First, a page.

As poor as Laredo was, it didn't come close to matching economic conditions in Nuevo Laredo, which was just across the Rio Grande, which constitutes the U.S.-Mexico border in Texas. The first time that I went into Nuevo Laredo as a child, I was absolutely shocked at the level of poverty on that side of the river.
Doctors' offices in Laredo were regularly filled with people, some of whom were from Nuevo Laredo. Laredo doctors knew that many of their patients were unable to pay them. Nonetheless, I never heard of one instance where any doctor turned a patient away for inability to pay. They helped poor people with free medical treatment, on a purely voluntary basis.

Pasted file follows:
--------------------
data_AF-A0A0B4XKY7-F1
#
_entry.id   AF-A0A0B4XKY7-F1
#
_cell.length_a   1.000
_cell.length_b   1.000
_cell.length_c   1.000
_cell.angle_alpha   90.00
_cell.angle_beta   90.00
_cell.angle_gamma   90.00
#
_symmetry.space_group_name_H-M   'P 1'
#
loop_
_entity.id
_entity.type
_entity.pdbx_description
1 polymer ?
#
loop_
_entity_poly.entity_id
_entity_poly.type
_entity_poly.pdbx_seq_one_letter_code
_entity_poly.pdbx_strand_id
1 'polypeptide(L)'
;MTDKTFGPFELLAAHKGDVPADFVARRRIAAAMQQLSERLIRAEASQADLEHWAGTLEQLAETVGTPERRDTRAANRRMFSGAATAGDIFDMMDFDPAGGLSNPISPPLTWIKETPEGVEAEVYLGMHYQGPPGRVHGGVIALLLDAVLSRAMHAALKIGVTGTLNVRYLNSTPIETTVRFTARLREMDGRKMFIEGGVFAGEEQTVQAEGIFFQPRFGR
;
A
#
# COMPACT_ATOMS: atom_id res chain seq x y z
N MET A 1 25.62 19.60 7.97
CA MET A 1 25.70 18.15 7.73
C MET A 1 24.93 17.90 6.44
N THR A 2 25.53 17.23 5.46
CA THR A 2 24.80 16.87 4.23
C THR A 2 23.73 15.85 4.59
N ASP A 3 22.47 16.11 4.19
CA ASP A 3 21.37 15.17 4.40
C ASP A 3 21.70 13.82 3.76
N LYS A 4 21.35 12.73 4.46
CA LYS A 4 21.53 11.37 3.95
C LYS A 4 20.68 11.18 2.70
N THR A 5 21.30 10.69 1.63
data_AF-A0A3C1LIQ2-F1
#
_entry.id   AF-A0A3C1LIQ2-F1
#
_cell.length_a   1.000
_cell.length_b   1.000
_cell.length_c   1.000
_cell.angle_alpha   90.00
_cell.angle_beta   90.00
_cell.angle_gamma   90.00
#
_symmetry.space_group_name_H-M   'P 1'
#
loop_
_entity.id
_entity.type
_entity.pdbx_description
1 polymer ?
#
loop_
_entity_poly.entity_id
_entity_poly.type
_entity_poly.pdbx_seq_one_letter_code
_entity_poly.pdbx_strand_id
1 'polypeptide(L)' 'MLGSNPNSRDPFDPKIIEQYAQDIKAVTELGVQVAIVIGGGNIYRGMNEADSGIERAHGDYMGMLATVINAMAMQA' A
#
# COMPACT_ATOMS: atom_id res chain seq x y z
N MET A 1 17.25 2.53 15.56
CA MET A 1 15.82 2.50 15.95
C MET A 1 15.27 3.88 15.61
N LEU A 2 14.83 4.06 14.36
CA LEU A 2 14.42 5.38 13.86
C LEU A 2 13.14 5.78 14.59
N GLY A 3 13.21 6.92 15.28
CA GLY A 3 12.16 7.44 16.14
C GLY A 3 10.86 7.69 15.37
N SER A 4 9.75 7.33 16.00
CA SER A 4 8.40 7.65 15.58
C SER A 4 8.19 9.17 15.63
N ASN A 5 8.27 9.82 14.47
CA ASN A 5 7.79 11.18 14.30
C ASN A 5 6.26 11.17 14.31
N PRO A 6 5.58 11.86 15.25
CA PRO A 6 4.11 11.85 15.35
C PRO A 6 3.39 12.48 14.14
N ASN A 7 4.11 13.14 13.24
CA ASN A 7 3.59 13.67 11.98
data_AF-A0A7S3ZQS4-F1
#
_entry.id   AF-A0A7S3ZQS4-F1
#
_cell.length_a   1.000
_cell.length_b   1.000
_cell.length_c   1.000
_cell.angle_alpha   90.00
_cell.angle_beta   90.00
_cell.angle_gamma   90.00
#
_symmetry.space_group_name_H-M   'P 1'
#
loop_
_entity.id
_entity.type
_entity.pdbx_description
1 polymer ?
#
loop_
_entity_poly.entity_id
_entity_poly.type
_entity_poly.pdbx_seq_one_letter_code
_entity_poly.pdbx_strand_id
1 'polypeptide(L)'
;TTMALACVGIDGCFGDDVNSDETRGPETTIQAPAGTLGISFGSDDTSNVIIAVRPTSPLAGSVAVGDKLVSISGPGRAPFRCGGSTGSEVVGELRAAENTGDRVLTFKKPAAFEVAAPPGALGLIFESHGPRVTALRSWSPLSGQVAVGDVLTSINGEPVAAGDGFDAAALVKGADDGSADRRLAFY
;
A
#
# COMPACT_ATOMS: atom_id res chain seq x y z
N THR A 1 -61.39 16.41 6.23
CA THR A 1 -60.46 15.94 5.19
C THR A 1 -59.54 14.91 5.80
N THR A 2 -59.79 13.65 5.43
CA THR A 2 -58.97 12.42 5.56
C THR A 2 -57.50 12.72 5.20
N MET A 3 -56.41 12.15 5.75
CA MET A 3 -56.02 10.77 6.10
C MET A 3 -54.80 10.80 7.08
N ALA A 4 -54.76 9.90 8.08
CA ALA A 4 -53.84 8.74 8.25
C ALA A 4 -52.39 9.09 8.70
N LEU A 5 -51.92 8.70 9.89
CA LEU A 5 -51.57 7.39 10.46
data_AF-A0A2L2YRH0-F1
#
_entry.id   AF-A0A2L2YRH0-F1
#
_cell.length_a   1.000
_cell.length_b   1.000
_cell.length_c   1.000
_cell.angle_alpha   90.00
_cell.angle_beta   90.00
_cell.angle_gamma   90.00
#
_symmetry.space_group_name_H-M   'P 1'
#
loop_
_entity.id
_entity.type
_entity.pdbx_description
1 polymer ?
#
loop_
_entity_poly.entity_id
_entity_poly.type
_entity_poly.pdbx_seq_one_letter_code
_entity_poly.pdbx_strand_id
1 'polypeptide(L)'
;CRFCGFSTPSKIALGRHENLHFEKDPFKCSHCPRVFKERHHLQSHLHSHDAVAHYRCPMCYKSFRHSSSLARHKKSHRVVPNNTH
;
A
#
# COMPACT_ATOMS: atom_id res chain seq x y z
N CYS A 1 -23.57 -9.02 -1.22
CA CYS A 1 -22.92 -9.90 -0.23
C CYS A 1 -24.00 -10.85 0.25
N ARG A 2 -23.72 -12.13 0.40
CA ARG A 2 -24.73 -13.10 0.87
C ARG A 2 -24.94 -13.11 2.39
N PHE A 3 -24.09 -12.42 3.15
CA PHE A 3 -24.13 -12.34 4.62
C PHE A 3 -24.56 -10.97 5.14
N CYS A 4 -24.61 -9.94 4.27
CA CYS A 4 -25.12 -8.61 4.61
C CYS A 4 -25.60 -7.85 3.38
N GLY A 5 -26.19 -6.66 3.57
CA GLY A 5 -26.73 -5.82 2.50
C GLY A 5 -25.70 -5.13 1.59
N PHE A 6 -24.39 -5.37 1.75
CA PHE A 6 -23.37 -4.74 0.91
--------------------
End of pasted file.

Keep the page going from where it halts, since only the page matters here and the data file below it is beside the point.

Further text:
Why did the doctors provide free medical care to the poor? Because they wanted to. Because they thought it was their ethical and moral duty to do so. They had chosen a profession whose aim is to heal people. They were not about to let a person's poverty interfere with fulfilling that aim.
Even though they were treating lots of people for free, Laredo doctors were still among the wealthiest people in town, second only to people on whose land oil had been discovered. Moreover, since America's welfare-warfare state way of life was still in its early stages, income taxes were relatively low, enabling doctors to keep a large portion of their income from those who were paying for their services. Doctors were doing well financially and were choosing to "give back" to the community by helping the poor with free medical services.